Materials and methods: Thirteen proteins were explored for interaction purposes and some 12 central proteins were obtained via Cytoscape analysis.

Results: Among these proteins, three proteins were from the differentially expressed proteins or in other words reported biomarkers of lupus. These proteins include Haptoglobin (Hp), Apolipoprotein C-III (APOC3), and Apolipoprotein A-I (APOA1).

Discussion: It can be concluded that the biological processes of the central proteins could be part of Lupus's underlying mechanisms. Finally, validation studies are proposed by this current evaluation of the introduced panel of hub biomarkers.

Brief Communications

Introduction: Supraglottic airway devices (SADs) offer an alternative airway with improved airway seal enable the use of higher airway pressures during positive pressure ventilation (PPV). We compared the safety and efficacy of laryngeal mask airway (LMA) Proseal and LMA Supreme in laparoscopic cholecystectomy.

Materials and Methods: Eighty patients, 18-60 years, ASA grade 1 & 2 were randomly allocated into two groups of 40 each. After induction of anesthesia, LMA Supreme or LMA Proseal of appropriate size was then inserted randomly. Parameters like the ease of LMA insertion; ease of OGT insertion; oropharyngeal leak pressure (OLP); hemodynamics; adequacy of ventilation were recorded. Complications, if any, were also recorded.

Results: LMA Supreme was easier to insert than LMA Proseal. Gastric tube insertion was comparatively easier in LMA Supreme than LMA Proseal. The mean oropharyngeal leak pressure was higher with LMA Proseal (31.98 ± 2.49cmH2O) than with LMA Supreme (30.23 ± 3.65 cmH2O). Peak airway pressures were comparable for the two groups. There was comparatively more airway trauma (mucosal injury, sore throat) in LMA Proseal than LMA Supreme.

Conclusion: A higher oropharyngeal leak pressure makes LMA Proseal a better choice than LMA Supreme in procedures with raised intragastric pressure.


Regenerative Medicine And Perioperative Hypoxic Organ Damage: Targeting Hypoxia-Inducible Factors

Soudeh Tabashi, Ardeshir Tajbakhsh , Mastaneh Dahi, Shideh Dabir, Maryam Vosoughian, Mohammadreza Moshari

Journal of Cellular & Molecular Anesthesia, Vol. 7 No. 1 (2022), , Page 58-65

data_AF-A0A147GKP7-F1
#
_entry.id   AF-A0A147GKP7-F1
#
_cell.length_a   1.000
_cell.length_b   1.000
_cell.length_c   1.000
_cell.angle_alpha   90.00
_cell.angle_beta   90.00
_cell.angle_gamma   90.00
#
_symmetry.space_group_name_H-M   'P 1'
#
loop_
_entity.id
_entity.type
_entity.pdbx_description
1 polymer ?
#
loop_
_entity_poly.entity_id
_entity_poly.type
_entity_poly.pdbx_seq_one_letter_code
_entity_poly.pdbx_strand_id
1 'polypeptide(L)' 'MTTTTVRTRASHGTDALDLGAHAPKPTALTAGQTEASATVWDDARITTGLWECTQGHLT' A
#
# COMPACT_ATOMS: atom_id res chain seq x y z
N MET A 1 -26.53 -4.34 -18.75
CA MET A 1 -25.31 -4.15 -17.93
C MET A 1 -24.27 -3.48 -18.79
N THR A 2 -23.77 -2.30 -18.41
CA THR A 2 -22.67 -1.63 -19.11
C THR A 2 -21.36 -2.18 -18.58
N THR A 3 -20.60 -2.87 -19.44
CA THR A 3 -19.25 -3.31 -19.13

Regenerative medicine is defined by utilizing body’s own repair mechanisms in order to restore normal function of tissues. An important perioperative cause of organ injury is hypoperfusion mostly due to hypoxia. Hypoxia can promote genomic pathway and increase the level of hypoxia-inducible factors (HIF). In this review we introduce HIF as a pioneer role of regenerative medicine for prevention of perioperative complications.

Case Report

COVID-19 in Myasthenia Gravis: The Double Whammy

Mohd Suhail Ashar, Kapil Dev Soni, Abhishek Singh, Yudhyavir Singh, Richa Aggarwal, Anjan Trikha

Journal of Cellular & Molecular Anesthesia, Vol. 7 No. 1 (2022), , Page 66-69

COVID-19 co-infection in patients with myasthenia gravis has not been well described.  Our primary aim is to describe the course of illness of a myasthenia patient who developed repeated episodes of myasthenic crisis along with severe COVID-19 infection.  This case highlights the need to accurately monitor the immune response to the infection and treatment of myasthenia gravis with COVID-19 should be tailored to the individual patient.

Anesthetic Management of Rapid Ventricular Response Atrial Fibrillation in an Elderly Woman Using Remifentanil; A Case Report

Fatemeh Roodneshin, Fereshte Kimia, Mahtab Poor Zamany Nejat Kermany

Journal of Cellular & Molecular Anesthesia, Vol. 7 No. 1 (2022), , Page 70-73

Atrial fibrillation (AF) is the most common cardiac Arrhythmia in all clinical settings. In the setting of atrial fibrillation with rapid ventricular response (AFib with RVR), early rate control (with or without restoration of the sinus rhythm) is the center of management. Several drugs are used for the management of rapid ventricular response AF but the optimal one is unknown yet. In this case report we present an elderly woman undergoing urgent ophthalmic surgery whose rapid ventricular response AF was controlled by Remifentanil.

Letter to the Editor